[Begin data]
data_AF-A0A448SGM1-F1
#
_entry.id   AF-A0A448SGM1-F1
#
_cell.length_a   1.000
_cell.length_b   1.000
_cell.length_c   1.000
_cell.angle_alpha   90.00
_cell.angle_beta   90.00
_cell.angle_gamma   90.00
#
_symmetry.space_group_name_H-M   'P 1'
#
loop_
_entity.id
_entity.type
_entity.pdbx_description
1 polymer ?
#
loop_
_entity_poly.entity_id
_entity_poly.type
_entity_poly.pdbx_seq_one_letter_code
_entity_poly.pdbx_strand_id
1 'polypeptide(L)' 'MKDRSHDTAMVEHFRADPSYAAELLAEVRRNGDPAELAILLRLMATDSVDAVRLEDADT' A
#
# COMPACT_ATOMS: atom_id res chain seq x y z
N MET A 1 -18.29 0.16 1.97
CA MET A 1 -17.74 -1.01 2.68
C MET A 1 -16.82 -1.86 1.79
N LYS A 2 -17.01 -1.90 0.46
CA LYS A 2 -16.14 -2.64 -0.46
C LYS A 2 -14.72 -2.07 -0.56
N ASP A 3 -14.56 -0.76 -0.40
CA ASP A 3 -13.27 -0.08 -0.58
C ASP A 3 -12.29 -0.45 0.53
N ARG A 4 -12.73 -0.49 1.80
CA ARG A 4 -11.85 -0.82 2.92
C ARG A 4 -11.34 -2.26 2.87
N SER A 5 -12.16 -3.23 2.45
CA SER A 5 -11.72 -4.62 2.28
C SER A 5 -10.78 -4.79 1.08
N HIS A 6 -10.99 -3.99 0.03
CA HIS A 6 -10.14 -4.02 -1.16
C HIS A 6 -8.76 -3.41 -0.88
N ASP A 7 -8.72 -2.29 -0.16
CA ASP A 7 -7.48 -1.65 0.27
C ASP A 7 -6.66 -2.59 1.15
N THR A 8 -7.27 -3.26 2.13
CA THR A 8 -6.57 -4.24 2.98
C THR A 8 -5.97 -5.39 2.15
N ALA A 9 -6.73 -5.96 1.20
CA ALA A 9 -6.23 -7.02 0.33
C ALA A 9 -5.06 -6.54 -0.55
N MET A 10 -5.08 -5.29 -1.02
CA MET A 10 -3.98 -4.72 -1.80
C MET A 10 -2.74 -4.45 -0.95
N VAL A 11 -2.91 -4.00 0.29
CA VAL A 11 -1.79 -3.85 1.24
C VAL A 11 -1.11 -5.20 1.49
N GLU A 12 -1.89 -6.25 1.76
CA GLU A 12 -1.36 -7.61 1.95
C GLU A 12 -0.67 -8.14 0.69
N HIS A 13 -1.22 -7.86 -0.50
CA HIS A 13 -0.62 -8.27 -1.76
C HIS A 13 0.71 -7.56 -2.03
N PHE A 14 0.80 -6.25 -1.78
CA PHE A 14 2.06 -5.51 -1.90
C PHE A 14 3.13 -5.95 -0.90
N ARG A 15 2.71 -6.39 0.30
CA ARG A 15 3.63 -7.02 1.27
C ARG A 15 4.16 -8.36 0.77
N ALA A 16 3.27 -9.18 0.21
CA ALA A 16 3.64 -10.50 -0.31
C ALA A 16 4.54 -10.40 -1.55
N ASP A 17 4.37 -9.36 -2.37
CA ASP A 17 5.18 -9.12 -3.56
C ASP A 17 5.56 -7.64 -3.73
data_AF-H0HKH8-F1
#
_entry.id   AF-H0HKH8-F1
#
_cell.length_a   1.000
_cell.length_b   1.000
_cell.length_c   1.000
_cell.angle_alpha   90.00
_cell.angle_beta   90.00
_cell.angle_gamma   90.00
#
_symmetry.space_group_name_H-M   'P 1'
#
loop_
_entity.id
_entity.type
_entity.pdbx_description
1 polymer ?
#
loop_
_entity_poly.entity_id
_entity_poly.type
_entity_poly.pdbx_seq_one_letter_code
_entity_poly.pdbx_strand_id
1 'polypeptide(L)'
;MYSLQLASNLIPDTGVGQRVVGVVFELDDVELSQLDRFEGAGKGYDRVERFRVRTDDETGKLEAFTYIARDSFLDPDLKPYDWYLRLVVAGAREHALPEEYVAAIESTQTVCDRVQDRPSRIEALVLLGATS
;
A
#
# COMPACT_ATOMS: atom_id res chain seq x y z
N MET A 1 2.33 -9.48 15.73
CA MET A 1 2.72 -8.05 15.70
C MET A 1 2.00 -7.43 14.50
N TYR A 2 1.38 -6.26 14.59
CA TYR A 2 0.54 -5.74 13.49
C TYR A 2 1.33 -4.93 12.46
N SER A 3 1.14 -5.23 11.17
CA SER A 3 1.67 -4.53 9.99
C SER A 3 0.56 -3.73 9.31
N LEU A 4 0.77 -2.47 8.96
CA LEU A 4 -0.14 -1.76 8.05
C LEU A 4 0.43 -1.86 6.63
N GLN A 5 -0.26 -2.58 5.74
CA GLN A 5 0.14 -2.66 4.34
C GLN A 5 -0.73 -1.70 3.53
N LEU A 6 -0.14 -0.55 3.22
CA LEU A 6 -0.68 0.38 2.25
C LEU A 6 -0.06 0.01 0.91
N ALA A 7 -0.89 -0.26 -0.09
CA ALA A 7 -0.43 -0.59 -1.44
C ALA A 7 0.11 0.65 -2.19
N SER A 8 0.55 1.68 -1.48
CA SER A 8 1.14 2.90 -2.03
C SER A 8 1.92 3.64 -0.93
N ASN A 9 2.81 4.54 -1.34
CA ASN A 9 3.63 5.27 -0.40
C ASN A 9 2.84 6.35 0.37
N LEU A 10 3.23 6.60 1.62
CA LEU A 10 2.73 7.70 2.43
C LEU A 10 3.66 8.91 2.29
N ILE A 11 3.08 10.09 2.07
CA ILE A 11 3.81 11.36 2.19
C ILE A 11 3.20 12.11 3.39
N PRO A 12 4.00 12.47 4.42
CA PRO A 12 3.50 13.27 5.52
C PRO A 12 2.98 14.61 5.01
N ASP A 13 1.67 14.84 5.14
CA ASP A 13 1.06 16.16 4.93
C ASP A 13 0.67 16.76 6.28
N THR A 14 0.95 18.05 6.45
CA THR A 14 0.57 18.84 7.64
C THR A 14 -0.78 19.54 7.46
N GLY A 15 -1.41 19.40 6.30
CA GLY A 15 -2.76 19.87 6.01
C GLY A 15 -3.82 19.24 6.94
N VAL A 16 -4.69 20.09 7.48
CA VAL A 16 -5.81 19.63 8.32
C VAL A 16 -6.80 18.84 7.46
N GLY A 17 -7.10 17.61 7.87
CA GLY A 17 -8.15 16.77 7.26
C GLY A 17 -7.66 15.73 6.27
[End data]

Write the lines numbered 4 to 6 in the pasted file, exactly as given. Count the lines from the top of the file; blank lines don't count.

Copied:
#
_cell.length_a   1.000
_cell.length_b   1.000